Wednesday, 26 November 2014

26th September 2014

Editor XXX



Re your recent rejection: - please see this it is the rarest, and boldest, action by any officer in WW-2. I will stick to essentials, including usurping a battalion CO, and man managed beyond, and above, normal comprehension.
From the demise of Margaret Thatcher, her babes William Hague and others, refuse to accept the false infallibility of the woman, and her actions: - Now secure in appointments, indulgence continues amongst the few: - many saw the woman in a very different light.
It was on the release of Prime Minister Churchill’s damnable signal, (secreted away for thirty years), to USA President Roosevelt, of 1st April 1942, in which Churchill discarded the defeated, depleted and perishing British forces in Central Burma. The Thatcher woman sought to subdue the vile document, and alerted Scotland Yard, Serious Crime Squad (Det/Chief Supt Hardy and Det/Sgt Tovey), to visit me in Leeds, on 24th October 1984, seeking to obliterate revelations in the Observer newspaper reportedly made by me: - they were foully editorially distorted.

Simply by my commissioning number, I was senior in a fifteen-man draft of KOYLI junior officers. Arriving at Rangoon on 5th March 1942, we met with 60 or 70 survivors from the battalion strength of 550: - 2/KOYLI, amongst whom there were no pre-war regimental officers. Major ‘Pip’ Moran of D of W Regt. was in control, sent me to set up a reception base on the Rangoon/Mandalay road.

Following many skirmishes, our diminished force became enclosed on the Central Burma Oilfield: - We were closed off by a Japanese held road-block, and our CO was a proven ditherer. I had the choice of being captured or killed where we were, or alternatively, attacking the road-block: - It was 19th April 1942 and decision time as the CO remained shtoom. Decision making was not his strong point!

Fully aware of all the possible consequences, including execution, usurping is irreversible: - I usurped CO Chadwick.

Comrade Vic Stevens realizing my intent, ill shod as we were, said, “I’m with you, Fitz.” With 19 men we cleared the road-block, only to witness the timely arrival and instant assault made by the superb Chinese Army force. They routed the Japanese, and released a number of captured Inniskillings.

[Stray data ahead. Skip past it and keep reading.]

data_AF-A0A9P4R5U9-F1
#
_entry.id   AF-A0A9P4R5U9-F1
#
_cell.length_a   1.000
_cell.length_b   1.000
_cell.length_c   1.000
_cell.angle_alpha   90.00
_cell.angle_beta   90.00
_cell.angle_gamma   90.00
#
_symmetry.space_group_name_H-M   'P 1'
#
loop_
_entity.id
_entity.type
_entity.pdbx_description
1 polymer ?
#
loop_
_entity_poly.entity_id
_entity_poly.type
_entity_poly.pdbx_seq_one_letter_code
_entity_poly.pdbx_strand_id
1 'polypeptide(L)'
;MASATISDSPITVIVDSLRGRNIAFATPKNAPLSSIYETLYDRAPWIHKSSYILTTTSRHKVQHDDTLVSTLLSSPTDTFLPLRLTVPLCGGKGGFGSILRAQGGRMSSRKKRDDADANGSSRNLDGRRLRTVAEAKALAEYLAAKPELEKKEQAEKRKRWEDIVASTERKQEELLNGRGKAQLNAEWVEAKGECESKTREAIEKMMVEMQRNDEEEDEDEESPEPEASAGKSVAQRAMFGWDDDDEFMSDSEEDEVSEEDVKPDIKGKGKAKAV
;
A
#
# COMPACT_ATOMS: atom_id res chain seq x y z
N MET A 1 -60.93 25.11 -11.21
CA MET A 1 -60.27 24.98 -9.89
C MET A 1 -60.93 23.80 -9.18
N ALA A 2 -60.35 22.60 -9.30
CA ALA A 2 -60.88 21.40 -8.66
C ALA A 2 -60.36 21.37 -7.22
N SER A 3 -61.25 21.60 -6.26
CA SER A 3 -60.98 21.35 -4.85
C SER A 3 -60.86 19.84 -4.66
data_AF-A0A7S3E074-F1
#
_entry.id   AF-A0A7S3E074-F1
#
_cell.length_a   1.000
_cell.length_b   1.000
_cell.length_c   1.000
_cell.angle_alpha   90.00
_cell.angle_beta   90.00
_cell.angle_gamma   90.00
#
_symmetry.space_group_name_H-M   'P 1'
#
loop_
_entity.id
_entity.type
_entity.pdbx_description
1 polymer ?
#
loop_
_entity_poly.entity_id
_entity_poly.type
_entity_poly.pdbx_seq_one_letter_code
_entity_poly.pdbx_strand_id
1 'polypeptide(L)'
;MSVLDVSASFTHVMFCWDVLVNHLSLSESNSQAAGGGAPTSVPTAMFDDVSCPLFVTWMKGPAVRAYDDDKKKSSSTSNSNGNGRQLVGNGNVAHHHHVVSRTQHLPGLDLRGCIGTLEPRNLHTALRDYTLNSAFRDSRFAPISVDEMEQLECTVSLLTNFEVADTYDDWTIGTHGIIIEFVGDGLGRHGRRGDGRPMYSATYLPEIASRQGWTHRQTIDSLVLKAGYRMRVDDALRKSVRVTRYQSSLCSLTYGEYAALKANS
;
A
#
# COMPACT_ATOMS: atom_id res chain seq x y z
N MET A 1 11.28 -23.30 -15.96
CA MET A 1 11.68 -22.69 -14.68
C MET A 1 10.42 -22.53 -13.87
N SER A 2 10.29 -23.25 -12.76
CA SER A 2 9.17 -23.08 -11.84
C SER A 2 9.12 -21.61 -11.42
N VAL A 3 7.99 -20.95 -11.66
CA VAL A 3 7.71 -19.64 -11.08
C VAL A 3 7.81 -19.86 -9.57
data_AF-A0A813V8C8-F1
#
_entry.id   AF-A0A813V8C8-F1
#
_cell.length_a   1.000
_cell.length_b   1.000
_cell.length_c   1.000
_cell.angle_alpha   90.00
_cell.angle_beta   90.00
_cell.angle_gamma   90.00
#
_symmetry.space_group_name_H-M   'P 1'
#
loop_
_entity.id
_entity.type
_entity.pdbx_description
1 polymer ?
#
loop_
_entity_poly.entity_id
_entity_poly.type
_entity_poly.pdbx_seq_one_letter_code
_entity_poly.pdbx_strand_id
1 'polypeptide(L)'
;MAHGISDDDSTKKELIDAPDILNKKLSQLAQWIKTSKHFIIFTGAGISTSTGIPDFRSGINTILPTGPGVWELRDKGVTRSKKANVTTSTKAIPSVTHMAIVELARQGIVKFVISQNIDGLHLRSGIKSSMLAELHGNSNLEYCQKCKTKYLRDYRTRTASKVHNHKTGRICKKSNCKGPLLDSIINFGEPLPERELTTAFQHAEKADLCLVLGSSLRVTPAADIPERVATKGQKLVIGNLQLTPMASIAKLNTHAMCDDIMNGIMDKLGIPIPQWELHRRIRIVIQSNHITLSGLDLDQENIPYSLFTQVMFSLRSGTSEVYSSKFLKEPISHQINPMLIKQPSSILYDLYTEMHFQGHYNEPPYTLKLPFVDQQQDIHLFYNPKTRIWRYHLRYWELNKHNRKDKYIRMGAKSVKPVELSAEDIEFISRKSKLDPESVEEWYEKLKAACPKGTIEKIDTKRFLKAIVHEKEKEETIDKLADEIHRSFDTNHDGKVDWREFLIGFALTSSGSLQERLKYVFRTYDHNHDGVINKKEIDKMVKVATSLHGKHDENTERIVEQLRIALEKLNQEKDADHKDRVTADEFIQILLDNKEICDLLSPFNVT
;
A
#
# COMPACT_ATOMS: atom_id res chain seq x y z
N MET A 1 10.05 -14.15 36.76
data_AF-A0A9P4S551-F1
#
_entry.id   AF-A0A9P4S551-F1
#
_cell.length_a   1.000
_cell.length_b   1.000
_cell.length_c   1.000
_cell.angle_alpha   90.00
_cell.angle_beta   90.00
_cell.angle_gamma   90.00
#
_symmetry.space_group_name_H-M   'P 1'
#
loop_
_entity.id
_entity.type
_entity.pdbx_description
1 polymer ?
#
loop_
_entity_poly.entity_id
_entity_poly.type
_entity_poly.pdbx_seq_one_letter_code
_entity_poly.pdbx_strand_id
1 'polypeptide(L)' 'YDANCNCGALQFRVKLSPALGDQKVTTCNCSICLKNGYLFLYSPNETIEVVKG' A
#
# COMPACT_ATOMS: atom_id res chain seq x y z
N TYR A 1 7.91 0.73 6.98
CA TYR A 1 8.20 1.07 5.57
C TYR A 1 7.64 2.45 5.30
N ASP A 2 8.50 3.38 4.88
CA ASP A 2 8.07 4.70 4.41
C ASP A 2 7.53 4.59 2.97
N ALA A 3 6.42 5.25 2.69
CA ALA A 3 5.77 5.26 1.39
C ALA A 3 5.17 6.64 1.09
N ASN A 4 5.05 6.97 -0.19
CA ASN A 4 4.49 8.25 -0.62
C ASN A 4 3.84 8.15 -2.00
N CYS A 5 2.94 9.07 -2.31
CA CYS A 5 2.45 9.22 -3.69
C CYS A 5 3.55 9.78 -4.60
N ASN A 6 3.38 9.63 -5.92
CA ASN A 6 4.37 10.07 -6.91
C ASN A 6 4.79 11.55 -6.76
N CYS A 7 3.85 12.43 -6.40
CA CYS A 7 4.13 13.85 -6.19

Titular CO Chadwick condemned himself at Mount Popa on 21st April 1942 and won the wrath of all men. He evacuated two Company commanders as sick men, when dozens far more affected were given no chance of leaving. He was doomed!
Numerous men with failing colleagues were about to kill the cowardly man, and holding officer of NCO rank became totally irrelevant.
Leaving Mount Popa as a battalion of rebels, and aware of his inevitable fate, Chadwick appointed ‘Geordie’ Tighe his personal bodyguard: (in an infantry unit?).
From Mount Popa, communications continued intermittent and scarce. Amongst, and no more equal to refugees, on 23rd April, and from trees over to our right, we were fired upon by recalcitrant Burmese oilfield workers, Corporal ‘Gigger’ Lee was wounded whilst walking alongside me.
Later that day, at the village of Taungtha I rounded up the 27 of the dissident oilmen and commanded their dispatch: (three groups of nine).
From 19 – 23 April, Chadwick deferred making any contribution. With Steve I determined all movement, including the 120-mile jungle trek, and swam the mighty Chindwin River to obtain rescue boats.
The whole of this is contained in my three books: - the recent of which is ‘CHINESE SAVE BRITS – in BURMA’.

Thank you

G Fitzpatrick – Former Captain KOYLI and subsequently           
GSO111 (Operations) 30 Corps: - General Brian Horrocks
GSO111 (Operations) HQ BAOR: - Montgomery / Horrocks

Should you wish to meet with me I shall be staying at the Victory Services Club, Seymour Street, W2 2HS, 7-9 October, or maybe I can visit you?

8th September 2014

Editor XXX


I shall be pleased if you will feature the following in XXXXX!

Exasperated by reversals on all fronts from the outbreak of war, Churchill floundered for success: - Wherever? Japanese intervention, and aggression throughout the Far East, following their 7th December 1941 bombing of Americans at Pearl Harbour: - particularly at Hong Kong and Singapore, devastated Churchill: - More-so when they swept on through Rangoon.

Whisky sodden, frustrated beyond measure, and with adverse reports from General Alexander, Burma Army Commander, Churchill discarded Burma: (On All Fools Day), 1st April 1942. He signalled USA President Roosevelt: -

“Speaking as one amateur to another, my feeling is that the wisest stroke for Japan would be to press on through Burma northwards into China and try to make a job of that. They may disturb India but I doubt its serious m invasion.”

Sobered up, and unable to redeem his diabolical dismissive signal, Churchill ‘secreted it away’ for thirty years. It abandoned the remote and catastrophic 1942 Burma Campaign. The following year, with troops better trained and equipped, it was a completely different matter. To redeem himself from the dastardly signal, and when Burma was eventually won, he merged the two distinctly differing campaigns into one: - Thus masking the vile signal, sent to a repugnant USA President.